South Africa must guard against the erosion of its social contract

'But as South Africa continues to battle its many challenges, the fibres of this social contract are slowly becoming frayed,' writes Thanduxolo Nkala. (David Harrison/M&G)

'But as South Africa continues to battle its many challenges, the fibres of this social contract are slowly becoming frayed,' writes Thanduxolo Nkala. (David Harrison/M&G)

COMMENT

The idea of government is rooted in a learnt human preference for social order and organisation, and the benefits thereof, as opposed to chaos. According to English philosopher Thomas Hobbes, writing in the mid-17th century, the nature of the life of humans is “nasty, brutish and short”.

Hobbes argued that, when no higher authority exists to impose social order, people are in constant danger of violence from each other.
Consequently, the argument goes, people relinquish their inherent freedoms to a government in exchange for security. Government, in turn, lays down laws and policies that seek to achieve this security.

Governments therefore find their genesis in what is an implied social contract. In terms of this unwritten social contract, citizens tacitly agree to surrender their absolute freedoms and subject themselves to law and order in exchange for the social security and prosperity that should naturally flow as a result of living in an organised and governed society.

In 1994, South Africa entered into one such social contract —arguably, for the first time. Both the colonial and apartheid eras must be disregarded because the governments were illegitimate and arbitrarily deprived most people of their freedoms.

The tenets of this 1994 social contract can be seen in the preamble of the South African Constitution of 1996, which, in part, reads “we therefore, through our freely elected representative [government], adopt this Constitution as the supreme law of the Republic so as to establish a society based on … social justice and human rights”, and to “improve the quality of all citizens and free the potential of each person”.

South African society entered into this social contract and assented to the Constitution as the foundation for the political legitimacy of governmental authority in exchange for a promised improved quality of life of all citizens and for human rights.

Many rights are contained in the Bill of Rights and include the right to equality, the contentious right to property, the right to housing, the right to education, and the right to healthcare, food, water and social security.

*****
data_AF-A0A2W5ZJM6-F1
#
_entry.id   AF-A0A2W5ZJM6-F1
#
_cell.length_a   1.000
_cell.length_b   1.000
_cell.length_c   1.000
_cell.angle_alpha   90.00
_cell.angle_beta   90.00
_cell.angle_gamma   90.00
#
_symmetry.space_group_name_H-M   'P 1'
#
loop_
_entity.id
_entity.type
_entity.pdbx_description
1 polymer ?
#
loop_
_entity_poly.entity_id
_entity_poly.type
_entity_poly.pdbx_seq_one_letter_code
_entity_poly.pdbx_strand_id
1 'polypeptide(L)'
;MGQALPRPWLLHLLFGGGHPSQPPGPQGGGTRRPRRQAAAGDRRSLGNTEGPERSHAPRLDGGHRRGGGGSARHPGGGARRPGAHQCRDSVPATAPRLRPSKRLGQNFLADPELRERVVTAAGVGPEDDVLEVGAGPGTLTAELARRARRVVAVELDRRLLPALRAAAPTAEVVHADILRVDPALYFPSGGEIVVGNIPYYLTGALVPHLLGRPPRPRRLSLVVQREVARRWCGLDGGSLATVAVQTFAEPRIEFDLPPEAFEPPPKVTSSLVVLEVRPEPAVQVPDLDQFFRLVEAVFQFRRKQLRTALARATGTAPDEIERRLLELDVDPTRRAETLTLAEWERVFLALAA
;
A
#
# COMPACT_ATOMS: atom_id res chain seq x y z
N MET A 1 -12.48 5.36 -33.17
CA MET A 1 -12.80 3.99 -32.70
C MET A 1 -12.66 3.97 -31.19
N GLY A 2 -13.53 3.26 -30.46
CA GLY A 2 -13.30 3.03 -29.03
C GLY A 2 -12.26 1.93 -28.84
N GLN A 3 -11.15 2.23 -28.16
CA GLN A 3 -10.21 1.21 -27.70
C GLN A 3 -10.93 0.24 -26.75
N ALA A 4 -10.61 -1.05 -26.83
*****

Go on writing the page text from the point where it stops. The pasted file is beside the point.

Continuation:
The great plethora of the country’s challenges and the government’s shortcomings rest on this core,these human rights. The most persistent of these challenges is the triple helix of inequality, poverty and unemployment. They put to serious question the political legitimacy of government, for which people’s freedom was given in exchange for social security and an improved quality of life.

Despite these many challenges, for two decades many South Africans have held on to this social contract, this constitutional promise in the hope of an improved quality of life. What has held back the “nasty and brutish” human nature of self-preservation and self-help, then, is the promise of a better life that ought to come with living in an organised society based on fundamental human rights, which is imbedded in this social contract.

But as South Africa continues to battle its many challenges, the fibres of this social contract are slowly becoming frayed.

One example is the unprecedented increase in incidences of “unlawful” land occupations. Land dispossession during the colonial period followed by the inhumane spatial design of the apartheid regime and deprivation of property rights created a human settlement problem characterised by indignity and racial inequality. The sins of these former eras are also the root cause of the grave racial socioeconomic inequality that persists in our country.